Duluth receives geothermal technologies award
In a press conference held in Lincoln Park on Tuesday, Duluth Mayor Emily Larson joined other city officials and members from Ever-Green Energy, Ecolibrium 3, and WLSSD to talk about a US Department of Energy’s Geothermal Technologies Office award received to design a geothermal district heating system using waste heat from WLSSD in Duluth.
“This extremely exciting opportunity to analyze and design a district geothermal and heat recovery possibility—one that hasn’t been designed in the US before—comes to us with a ton of potential to further reduce operating emissions and introduce more strategies to decarbonize many of the buildings in the district,” said Mayor Emily Larson.
The $700,000 award will support community coalitions like this one to design and deploy geothermal district heating and cooling systems, create related workforce training, and identify and address environmental justice concerns. In the first phase of the project, coalitions will design systems, finalize project sites, assess the energy resource, analyze environmental and permitting needs, conduct feasibility analysis and local engagement, and identify workforce and training needs. Based on first-phase outcomes, the Department of Energy’s GTO will select a number of projects to advance to a second phase for deployment of these systems. In addition to helping communities implement community geothermal heating and cooling systems, the initiative will provide data and case studies that will help other communities nationwide consider those systems.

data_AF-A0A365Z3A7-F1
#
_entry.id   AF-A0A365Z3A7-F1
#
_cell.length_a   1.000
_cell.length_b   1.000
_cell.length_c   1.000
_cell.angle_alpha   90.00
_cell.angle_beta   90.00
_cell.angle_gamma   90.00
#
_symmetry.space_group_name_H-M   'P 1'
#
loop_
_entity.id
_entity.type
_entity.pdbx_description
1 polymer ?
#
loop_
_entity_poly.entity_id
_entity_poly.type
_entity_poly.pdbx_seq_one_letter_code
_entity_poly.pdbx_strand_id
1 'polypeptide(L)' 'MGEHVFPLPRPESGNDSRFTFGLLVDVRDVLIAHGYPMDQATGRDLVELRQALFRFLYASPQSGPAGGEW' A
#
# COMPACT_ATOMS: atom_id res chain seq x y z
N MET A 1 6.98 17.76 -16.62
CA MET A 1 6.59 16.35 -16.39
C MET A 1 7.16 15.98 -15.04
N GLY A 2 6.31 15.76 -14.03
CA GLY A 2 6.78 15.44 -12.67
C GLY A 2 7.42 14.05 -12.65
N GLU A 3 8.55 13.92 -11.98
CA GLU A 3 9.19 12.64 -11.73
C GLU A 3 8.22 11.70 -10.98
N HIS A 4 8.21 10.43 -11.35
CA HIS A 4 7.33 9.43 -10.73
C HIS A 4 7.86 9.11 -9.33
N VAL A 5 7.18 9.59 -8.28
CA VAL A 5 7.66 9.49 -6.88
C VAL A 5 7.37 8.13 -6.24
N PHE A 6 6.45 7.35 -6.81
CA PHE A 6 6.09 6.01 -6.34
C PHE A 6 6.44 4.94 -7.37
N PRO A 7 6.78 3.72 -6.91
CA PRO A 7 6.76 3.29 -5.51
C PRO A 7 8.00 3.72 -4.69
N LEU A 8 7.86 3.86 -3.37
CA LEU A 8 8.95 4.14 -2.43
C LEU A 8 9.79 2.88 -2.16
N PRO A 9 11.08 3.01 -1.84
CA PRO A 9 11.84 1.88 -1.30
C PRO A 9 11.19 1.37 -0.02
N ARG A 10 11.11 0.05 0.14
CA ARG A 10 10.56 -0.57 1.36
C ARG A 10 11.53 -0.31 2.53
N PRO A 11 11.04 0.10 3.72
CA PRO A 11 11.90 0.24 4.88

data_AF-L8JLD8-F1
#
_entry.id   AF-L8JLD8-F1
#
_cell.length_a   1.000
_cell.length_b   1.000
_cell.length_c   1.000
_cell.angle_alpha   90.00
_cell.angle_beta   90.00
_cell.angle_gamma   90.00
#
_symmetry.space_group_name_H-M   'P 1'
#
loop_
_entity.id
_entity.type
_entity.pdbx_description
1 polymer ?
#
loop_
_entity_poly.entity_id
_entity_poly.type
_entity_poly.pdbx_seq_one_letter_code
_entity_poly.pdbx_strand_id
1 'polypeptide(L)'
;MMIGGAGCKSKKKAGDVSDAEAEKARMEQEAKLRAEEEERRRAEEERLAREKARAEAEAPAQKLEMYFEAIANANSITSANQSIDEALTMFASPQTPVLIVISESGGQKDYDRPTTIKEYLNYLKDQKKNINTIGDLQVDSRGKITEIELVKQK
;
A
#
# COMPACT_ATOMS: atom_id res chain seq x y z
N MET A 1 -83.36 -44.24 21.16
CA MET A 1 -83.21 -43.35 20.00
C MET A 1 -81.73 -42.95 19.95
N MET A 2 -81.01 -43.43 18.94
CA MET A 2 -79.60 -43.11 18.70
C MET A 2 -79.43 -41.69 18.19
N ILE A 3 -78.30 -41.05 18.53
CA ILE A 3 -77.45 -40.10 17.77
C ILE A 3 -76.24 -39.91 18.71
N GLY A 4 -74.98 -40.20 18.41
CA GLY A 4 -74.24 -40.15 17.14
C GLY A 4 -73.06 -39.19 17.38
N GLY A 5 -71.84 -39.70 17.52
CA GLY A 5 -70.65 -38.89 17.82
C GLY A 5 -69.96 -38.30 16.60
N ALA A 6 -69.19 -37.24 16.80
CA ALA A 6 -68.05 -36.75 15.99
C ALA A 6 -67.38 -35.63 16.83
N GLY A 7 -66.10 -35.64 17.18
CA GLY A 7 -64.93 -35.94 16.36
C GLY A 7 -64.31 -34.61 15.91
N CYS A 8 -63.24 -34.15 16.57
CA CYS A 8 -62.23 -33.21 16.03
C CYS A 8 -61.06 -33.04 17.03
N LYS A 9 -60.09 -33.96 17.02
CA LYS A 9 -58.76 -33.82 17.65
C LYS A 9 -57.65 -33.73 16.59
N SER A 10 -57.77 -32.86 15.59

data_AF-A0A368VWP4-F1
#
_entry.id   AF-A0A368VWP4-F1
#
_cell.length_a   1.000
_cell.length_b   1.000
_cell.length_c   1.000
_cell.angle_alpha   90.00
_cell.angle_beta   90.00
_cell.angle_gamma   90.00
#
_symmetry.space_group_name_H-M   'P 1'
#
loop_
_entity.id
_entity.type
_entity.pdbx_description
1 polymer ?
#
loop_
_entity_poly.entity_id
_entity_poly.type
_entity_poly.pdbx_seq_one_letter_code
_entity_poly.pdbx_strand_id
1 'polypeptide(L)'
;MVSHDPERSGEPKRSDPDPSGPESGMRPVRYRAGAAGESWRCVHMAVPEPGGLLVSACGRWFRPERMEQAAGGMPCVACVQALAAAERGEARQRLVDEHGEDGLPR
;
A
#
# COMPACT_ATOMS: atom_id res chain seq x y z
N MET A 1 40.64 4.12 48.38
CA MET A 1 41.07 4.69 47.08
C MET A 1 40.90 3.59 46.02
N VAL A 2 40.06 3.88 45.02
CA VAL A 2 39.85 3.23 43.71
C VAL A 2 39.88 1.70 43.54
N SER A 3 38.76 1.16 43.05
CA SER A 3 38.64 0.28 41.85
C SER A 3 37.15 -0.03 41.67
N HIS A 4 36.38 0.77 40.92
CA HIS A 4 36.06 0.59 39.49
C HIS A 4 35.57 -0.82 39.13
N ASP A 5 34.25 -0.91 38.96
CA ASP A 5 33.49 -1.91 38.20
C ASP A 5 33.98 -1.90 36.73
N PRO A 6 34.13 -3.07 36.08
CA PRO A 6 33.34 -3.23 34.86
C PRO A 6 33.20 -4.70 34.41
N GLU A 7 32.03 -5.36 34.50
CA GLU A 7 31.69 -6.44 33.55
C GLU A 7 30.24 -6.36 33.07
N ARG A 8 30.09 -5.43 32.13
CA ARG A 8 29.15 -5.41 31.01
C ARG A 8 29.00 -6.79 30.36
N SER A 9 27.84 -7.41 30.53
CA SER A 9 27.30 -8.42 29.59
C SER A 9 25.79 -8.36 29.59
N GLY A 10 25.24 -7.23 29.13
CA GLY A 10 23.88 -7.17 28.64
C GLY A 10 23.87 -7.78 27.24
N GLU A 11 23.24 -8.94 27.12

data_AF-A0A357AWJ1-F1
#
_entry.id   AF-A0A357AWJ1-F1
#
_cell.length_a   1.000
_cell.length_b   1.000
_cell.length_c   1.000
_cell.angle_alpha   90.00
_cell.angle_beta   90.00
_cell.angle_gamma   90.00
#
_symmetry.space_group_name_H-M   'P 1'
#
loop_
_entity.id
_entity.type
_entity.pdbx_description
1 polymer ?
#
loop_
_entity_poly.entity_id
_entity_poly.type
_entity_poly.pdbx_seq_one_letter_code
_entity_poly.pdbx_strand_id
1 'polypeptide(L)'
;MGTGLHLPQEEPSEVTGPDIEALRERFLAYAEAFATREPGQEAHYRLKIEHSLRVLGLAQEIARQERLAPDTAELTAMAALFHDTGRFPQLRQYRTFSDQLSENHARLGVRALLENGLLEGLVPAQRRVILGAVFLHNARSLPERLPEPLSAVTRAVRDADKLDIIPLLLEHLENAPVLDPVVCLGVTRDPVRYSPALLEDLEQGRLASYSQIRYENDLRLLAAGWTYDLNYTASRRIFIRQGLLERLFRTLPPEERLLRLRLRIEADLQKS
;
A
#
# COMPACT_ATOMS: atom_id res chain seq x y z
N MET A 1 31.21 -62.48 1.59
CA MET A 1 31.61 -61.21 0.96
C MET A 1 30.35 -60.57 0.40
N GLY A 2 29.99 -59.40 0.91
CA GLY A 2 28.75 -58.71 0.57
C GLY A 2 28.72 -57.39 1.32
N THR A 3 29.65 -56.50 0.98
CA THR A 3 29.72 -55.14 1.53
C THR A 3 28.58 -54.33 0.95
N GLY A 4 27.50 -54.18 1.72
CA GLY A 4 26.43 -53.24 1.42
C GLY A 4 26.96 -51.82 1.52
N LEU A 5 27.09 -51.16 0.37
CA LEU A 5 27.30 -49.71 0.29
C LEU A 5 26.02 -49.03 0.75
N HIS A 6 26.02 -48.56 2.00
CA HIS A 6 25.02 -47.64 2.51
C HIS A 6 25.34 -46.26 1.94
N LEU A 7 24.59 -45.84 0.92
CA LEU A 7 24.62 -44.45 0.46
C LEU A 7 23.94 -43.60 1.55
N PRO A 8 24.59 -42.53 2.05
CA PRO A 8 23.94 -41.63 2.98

Duluth is one of 11 communities in the United States to receive this award. The proposed geothermal system will use waste heat from the Western Lake Superior Sanitary District (WLSSD) effluent to cover 100% of heating loads for a new district energy system in the Lincoln Park neighborhood.